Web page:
Press Release of the Week: Safety First!

Happy almost-Halloween, Barrelhouse Nation! If you're anything like me -- and my Bill O'Reilly-sized ego prevents me from considering the possibility that you're not -- you can't wait to get costumed up and go gallivanting out into the night, filling your stomach with Fun Size Three Musketeers bars, Candy Corn and Rice Krispie Squares. Maybe, like me, you're also looking forward to smashing a few pumpkins, jumping out from behind a few trees to scare the elderly (it's the only way they'll learn to stay inside), downing a couple bottles of Robitussin and doing donuts in the Wal Mart parking lot until you pass out behind the wheel.

Sounds like fun, right? Well, unfortunately, there are those who just can't stand the idea of other people enjoying themselves. Sad, sad people who have so little fun in their own lives that their only joy comes from ruining everyone else's good times.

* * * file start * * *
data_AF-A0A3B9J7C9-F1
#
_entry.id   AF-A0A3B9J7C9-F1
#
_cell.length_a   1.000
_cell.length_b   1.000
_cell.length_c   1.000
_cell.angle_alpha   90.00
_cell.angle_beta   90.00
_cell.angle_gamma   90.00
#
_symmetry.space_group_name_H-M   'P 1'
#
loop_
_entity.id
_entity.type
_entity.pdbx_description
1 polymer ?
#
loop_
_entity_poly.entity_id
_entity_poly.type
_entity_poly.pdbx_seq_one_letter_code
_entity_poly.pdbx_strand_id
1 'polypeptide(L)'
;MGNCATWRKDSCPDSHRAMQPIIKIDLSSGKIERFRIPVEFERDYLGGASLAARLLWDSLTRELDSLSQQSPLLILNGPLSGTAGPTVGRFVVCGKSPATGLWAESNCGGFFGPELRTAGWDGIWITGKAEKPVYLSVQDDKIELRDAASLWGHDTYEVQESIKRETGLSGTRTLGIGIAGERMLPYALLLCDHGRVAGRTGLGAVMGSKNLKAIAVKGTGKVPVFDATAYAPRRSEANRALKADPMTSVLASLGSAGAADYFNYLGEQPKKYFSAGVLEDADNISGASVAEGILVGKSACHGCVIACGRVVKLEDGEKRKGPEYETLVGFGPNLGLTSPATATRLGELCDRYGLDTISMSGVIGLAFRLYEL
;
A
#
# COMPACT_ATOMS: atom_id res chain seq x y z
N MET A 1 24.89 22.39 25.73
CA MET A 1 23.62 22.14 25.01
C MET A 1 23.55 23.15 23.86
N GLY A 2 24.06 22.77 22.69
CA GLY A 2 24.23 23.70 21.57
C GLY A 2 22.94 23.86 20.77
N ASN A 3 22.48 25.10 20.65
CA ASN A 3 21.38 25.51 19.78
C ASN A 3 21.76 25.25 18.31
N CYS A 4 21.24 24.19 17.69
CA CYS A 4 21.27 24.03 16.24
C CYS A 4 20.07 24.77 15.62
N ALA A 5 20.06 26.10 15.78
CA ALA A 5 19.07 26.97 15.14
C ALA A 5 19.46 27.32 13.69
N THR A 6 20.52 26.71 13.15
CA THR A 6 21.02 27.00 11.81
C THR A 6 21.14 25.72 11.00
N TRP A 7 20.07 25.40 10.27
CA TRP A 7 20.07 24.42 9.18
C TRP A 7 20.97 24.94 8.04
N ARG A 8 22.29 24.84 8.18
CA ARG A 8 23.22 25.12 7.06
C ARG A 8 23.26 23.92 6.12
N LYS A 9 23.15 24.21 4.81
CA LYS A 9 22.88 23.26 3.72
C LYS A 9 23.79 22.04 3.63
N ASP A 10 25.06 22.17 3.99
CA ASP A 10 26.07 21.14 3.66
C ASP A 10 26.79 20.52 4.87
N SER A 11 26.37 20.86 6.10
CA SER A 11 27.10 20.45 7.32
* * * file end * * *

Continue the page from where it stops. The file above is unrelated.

Take the Debbie Downers at the California Poison Control System, who provide this list of "safety tips" for Halloween:

-- Small, hard pieces of candy are potential choking hazards for small children.
-- Tell your kids not to eat treats until they return home and you have checked all items.
-- Candy that is unwrapped should be discarded. Fruit treats should be washed and cut open.

Now just stop right there, California Poison Control System. What's this about "fruit treats"? If your kid comes home with an apple or a banana or a bunch of grapes, forget washing them. How about asking your kid this: "What part of 'When someone gives you fruit, you turn around and hurl it right back at their house' did you not understand?" And then you take that child by the hand and march him or her down the street, back to the home of whatever lame-o is passing out fruit (or pencils, or stickers, or toothbrushes -- especially toothbrushes!), and you let that child watch while Daddy demonstrates what red-blooded Americans do to pansies who want to teach kids about "good health" instead of giving them the goddamned candy they deserve. Sure, they may cry. They may say things like "Daddy, I don't think he's breathing anymore." But the next time they get a fucking apple, they'll know exactly where to stick it.